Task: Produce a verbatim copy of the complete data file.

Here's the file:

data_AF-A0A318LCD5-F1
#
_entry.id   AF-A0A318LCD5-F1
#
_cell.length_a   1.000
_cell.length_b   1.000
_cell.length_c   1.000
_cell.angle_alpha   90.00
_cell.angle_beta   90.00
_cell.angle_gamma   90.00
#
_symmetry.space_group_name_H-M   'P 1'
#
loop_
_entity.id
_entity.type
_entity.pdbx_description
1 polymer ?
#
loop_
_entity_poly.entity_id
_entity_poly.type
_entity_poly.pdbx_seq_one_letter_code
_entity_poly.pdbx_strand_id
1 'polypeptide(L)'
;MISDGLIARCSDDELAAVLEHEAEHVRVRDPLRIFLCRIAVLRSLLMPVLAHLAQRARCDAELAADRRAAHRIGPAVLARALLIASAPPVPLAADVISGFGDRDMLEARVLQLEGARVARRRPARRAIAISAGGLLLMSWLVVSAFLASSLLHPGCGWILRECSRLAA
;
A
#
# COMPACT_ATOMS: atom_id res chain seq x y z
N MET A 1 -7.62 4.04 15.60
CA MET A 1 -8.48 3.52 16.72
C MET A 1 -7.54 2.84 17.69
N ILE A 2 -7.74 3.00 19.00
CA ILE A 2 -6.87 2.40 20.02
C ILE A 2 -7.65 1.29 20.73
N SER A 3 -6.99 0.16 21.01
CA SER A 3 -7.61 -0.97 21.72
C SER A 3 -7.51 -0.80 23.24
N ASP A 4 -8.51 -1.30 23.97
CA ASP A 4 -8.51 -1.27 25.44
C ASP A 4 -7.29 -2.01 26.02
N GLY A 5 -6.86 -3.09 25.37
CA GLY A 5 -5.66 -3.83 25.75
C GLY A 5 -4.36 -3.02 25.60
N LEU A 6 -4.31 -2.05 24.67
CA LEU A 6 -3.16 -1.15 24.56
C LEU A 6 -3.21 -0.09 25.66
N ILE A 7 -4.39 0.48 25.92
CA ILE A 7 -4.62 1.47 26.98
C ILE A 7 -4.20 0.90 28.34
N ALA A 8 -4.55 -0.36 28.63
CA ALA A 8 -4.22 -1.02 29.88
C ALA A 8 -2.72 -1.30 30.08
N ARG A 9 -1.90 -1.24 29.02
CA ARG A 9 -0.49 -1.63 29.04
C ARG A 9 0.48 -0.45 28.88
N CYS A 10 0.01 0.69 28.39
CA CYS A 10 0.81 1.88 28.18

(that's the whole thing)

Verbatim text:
data_AF-A0A318LCD5-F1
#
_entry.id   AF-A0A318LCD5-F1
#
_cell.length_a   1.000
_cell.length_b   1.000
_cell.length_c   1.000
_cell.angle_alpha   90.00
_cell.angle_beta   90.00
_cell.angle_gamma   90.00
#
_symmetry.space_group_name_H-M   'P 1'
#
loop_
_entity.id
_entity.type
_entity.pdbx_description
1 polymer ?
#
loop_
_entity_poly.entity_id
_entity_poly.type
_entity_poly.pdbx_seq_one_letter_code
_entity_poly.pdbx_strand_id
1 'polypeptide(L)'
;MISDGLIARCSDDELAAVLEHEAEHVRVRDPLRIFLCRIAVLRSLLMPVLAHLAQRARCDAELAADRRAAHRIGPAVLARALLIASAPPVPLAADVISGFGDRDMLEARVLQLEGARVARRRPARRAIAISAGGLLLMSWLVVSAFLASSLLHPGCGWILRECSRLAA
;
A
#
# COMPACT_ATOMS: atom_id res chain seq x y z
N MET A 1 -7.62 4.04 15.60
CA MET A 1 -8.48 3.52 16.72
C MET A 1 -7.54 2.84 17.69
N ILE A 2 -7.74 3.00 19.00
CA ILE A 2 -6.87 2.40 20.02
C ILE A 2 -7.65 1.29 20.73
N SER A 3 -6.99 0.16 21.01
CA SER A 3 -7.61 -0.97 21.72
C SER A 3 -7.51 -0.80 23.24
N ASP A 4 -8.51 -1.30 23.97
CA ASP A 4 -8.51 -1.27 25.44
C ASP A 4 -7.29 -2.01 26.02
N GLY A 5 -6.86 -3.09 25.37
CA GLY A 5 -5.66 -3.83 25.75
C GLY A 5 -4.36 -3.02 25.60
N LEU A 6 -4.31 -2.05 24.67
CA LEU A 6 -3.16 -1.15 24.56
C LEU A 6 -3.21 -0.09 25.66
N ILE A 7 -4.39 0.48 25.92
CA ILE A 7 -4.62 1.47 26.98
C ILE A 7 -4.20 0.90 28.34
N ALA A 8 -4.55 -0.36 28.63
CA ALA A 8 -4.22 -1.02 29.88
C ALA A 8 -2.72 -1.30 30.08
N ARG A 9 -1.90 -1.24 29.02
CA ARG A 9 -0.49 -1.63 29.04
C ARG A 9 0.48 -0.45 28.88
N CYS A 10 0.01 0.69 28.39
CA CYS A 10 0.81 1.88 28.18